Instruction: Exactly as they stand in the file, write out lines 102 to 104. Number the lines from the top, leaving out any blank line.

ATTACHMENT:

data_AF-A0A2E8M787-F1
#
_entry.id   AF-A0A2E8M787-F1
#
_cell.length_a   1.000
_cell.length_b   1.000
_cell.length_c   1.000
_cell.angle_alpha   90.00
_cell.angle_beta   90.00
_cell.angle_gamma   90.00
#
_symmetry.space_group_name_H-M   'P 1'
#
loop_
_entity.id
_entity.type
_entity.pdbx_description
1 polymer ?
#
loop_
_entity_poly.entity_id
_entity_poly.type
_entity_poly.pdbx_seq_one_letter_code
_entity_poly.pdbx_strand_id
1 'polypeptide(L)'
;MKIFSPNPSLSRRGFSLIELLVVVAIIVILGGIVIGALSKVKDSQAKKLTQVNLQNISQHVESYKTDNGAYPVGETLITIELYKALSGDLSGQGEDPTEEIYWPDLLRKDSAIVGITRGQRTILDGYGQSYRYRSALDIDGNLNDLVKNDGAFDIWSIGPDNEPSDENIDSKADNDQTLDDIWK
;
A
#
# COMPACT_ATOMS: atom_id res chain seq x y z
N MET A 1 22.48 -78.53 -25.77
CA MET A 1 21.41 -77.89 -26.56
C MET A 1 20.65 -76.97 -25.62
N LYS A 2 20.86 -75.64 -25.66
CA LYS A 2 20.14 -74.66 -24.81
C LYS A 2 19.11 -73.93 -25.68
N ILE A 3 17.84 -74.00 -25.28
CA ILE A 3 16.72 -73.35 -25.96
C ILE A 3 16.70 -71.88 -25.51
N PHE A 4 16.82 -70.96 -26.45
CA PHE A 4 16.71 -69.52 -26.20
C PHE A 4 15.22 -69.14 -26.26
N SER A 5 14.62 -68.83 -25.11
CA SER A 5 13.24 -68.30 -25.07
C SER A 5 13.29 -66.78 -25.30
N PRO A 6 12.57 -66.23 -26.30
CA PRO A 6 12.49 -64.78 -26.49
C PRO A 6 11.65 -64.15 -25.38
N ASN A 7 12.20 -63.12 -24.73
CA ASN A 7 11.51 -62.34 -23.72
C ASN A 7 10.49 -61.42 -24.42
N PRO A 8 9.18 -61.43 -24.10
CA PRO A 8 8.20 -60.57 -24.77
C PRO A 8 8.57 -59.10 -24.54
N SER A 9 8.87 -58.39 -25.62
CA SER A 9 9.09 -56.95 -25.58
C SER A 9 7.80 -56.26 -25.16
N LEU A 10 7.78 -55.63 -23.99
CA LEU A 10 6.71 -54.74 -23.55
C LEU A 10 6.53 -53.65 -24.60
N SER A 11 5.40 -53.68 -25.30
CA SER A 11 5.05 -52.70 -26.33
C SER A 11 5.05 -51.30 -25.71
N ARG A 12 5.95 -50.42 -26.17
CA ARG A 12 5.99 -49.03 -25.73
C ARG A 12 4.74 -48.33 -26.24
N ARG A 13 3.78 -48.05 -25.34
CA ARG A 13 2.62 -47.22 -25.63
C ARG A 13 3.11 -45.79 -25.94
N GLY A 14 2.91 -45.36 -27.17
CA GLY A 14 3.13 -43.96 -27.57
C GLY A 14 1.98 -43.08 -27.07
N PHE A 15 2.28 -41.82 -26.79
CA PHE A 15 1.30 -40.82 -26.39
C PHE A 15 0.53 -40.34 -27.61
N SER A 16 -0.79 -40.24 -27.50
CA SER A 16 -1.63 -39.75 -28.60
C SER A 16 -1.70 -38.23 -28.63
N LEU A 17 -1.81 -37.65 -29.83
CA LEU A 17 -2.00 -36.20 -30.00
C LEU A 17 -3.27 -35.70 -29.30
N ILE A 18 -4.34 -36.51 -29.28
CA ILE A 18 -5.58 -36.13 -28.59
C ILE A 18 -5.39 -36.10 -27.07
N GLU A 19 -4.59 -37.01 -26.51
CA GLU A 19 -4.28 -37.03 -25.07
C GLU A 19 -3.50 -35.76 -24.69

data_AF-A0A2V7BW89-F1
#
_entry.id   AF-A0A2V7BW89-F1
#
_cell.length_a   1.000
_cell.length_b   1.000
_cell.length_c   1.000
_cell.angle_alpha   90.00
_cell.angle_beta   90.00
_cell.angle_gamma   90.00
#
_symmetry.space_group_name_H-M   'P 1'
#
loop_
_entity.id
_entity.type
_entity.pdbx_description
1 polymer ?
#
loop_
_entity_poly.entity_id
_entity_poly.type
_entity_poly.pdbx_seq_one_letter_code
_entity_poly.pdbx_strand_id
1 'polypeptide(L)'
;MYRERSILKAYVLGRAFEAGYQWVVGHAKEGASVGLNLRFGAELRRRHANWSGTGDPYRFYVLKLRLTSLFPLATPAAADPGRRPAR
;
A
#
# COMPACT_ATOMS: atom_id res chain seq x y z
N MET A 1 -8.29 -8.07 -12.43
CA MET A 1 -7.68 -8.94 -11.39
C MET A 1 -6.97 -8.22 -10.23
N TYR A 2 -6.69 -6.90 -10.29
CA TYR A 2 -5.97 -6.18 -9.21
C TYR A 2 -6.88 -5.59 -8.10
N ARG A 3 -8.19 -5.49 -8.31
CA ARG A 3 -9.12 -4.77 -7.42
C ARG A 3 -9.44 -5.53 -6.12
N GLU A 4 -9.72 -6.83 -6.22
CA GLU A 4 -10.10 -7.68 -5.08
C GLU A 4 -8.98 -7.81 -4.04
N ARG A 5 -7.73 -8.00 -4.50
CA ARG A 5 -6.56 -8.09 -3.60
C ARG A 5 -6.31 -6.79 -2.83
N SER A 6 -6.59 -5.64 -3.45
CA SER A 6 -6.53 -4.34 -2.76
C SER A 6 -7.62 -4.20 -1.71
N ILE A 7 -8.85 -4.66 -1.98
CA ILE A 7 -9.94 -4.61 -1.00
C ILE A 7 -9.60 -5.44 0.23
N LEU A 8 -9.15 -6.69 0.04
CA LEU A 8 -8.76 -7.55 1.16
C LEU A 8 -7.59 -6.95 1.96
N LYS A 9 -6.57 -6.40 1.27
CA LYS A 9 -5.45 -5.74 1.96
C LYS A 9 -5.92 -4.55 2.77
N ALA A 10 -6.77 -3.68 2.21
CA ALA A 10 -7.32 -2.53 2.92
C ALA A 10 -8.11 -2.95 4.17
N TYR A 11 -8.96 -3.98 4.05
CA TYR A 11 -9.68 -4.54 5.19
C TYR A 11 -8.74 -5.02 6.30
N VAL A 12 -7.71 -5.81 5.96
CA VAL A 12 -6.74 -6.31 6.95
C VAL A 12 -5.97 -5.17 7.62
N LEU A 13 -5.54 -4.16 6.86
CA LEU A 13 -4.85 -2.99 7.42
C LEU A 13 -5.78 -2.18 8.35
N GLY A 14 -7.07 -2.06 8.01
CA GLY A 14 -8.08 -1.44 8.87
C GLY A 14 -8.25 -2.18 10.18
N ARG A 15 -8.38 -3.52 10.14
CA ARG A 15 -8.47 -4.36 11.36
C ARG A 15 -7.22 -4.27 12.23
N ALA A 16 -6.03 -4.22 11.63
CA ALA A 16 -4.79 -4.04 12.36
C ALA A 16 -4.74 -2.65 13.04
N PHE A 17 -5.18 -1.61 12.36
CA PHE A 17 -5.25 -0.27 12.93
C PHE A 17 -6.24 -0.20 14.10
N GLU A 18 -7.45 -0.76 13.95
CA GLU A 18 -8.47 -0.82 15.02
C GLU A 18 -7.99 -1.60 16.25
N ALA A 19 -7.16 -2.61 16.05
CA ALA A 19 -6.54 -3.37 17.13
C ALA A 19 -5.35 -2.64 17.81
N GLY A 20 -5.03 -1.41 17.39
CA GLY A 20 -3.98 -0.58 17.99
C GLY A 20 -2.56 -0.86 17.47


_entity.id
_entity.type
_entity.pdbx_description